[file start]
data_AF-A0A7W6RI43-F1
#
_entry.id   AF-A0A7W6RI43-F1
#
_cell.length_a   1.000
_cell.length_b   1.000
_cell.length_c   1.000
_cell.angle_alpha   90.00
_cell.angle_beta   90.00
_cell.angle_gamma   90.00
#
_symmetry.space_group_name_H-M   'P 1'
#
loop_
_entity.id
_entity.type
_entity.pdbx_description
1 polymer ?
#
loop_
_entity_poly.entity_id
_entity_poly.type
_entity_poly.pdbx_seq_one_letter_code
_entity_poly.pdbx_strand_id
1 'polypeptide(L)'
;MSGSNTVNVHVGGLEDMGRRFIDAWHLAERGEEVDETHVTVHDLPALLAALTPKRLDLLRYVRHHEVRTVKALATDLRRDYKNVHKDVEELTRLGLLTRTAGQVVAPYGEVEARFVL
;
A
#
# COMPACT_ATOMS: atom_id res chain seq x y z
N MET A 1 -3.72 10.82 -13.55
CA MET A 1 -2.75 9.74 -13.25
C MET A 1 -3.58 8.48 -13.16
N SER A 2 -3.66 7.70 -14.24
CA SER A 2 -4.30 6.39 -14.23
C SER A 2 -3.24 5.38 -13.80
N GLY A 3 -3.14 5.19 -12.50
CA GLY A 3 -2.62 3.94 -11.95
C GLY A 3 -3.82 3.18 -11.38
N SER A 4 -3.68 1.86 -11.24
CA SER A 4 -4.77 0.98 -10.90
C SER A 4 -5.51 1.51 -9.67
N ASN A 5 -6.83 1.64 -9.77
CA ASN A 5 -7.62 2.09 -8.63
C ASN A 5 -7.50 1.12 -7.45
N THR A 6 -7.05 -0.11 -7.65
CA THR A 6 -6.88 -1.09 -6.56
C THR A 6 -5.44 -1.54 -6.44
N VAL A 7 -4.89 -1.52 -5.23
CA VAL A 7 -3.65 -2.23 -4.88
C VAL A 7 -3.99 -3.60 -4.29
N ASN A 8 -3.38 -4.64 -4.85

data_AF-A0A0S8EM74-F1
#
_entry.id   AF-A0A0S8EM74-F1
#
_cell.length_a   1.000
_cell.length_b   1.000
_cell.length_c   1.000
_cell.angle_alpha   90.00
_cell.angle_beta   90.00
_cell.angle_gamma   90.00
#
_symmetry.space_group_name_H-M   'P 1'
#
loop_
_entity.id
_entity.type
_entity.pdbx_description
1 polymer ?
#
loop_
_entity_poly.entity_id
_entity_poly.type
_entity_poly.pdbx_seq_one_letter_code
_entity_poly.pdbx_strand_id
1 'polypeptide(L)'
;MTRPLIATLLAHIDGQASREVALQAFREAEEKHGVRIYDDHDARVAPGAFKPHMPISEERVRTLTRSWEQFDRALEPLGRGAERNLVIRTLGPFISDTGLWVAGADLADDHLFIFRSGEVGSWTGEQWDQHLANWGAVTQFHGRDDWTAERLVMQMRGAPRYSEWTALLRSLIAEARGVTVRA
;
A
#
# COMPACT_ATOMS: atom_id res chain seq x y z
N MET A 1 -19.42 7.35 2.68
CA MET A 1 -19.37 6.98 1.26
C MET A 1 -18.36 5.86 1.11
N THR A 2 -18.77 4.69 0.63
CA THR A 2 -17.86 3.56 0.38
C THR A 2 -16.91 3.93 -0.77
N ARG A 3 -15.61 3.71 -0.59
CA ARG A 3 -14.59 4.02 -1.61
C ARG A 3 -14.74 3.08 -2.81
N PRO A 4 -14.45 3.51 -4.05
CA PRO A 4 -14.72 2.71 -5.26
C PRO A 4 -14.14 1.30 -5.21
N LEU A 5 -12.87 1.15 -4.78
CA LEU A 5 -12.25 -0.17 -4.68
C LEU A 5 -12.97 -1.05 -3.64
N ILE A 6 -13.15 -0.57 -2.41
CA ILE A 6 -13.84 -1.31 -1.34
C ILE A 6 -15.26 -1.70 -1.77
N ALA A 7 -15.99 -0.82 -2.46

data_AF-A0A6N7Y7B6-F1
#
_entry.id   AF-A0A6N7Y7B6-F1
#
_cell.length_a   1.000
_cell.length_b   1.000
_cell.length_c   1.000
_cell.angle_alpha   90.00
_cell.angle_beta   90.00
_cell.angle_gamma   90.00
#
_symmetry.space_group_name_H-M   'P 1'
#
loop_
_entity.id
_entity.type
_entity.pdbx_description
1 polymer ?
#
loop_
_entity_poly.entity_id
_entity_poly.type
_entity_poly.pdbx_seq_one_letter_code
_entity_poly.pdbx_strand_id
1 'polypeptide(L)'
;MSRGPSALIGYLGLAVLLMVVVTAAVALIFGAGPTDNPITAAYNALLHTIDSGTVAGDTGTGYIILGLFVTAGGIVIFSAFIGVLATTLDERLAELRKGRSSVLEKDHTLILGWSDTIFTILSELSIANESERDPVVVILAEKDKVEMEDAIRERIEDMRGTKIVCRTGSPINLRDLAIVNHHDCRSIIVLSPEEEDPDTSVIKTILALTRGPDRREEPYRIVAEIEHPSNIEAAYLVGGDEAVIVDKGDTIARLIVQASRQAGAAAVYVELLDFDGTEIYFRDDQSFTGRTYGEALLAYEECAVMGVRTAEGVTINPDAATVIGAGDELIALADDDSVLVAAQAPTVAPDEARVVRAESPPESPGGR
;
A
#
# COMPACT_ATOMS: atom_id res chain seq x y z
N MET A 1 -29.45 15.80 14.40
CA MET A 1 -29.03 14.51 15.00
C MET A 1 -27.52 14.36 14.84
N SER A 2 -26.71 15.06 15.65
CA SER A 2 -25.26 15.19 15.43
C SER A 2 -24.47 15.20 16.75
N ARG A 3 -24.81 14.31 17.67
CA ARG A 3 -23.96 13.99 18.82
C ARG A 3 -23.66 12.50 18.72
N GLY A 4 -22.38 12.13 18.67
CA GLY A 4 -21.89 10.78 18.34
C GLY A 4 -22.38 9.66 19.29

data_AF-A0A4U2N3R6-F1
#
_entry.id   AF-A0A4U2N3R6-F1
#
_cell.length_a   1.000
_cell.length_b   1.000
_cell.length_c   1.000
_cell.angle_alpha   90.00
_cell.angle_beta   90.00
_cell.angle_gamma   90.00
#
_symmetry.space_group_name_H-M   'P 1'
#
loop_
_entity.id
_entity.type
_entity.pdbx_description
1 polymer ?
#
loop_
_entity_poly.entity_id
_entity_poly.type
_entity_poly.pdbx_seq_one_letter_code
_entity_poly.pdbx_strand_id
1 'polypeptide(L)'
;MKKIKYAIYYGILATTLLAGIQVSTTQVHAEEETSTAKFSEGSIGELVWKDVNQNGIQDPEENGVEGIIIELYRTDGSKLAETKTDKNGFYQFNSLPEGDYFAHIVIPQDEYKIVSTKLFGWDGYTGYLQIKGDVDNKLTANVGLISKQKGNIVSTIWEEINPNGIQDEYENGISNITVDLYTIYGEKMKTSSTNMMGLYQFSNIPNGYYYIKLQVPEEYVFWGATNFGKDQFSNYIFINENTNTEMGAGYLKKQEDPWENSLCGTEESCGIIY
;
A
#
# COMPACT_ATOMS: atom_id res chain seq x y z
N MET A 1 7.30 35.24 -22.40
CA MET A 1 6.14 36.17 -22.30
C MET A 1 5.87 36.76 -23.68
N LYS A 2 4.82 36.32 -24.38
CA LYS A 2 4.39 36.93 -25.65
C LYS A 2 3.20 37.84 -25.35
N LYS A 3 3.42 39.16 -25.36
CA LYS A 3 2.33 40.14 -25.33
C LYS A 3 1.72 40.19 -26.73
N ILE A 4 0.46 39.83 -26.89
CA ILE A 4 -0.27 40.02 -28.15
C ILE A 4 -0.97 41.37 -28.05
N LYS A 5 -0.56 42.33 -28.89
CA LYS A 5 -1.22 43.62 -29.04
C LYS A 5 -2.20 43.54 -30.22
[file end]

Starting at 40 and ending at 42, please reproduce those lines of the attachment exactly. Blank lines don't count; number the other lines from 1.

N SER A 4 -3.68 1.86 -11.24
CA SER A 4 -4.77 0.98 -10.90
C SER A 4 -5.51 1.51 -9.67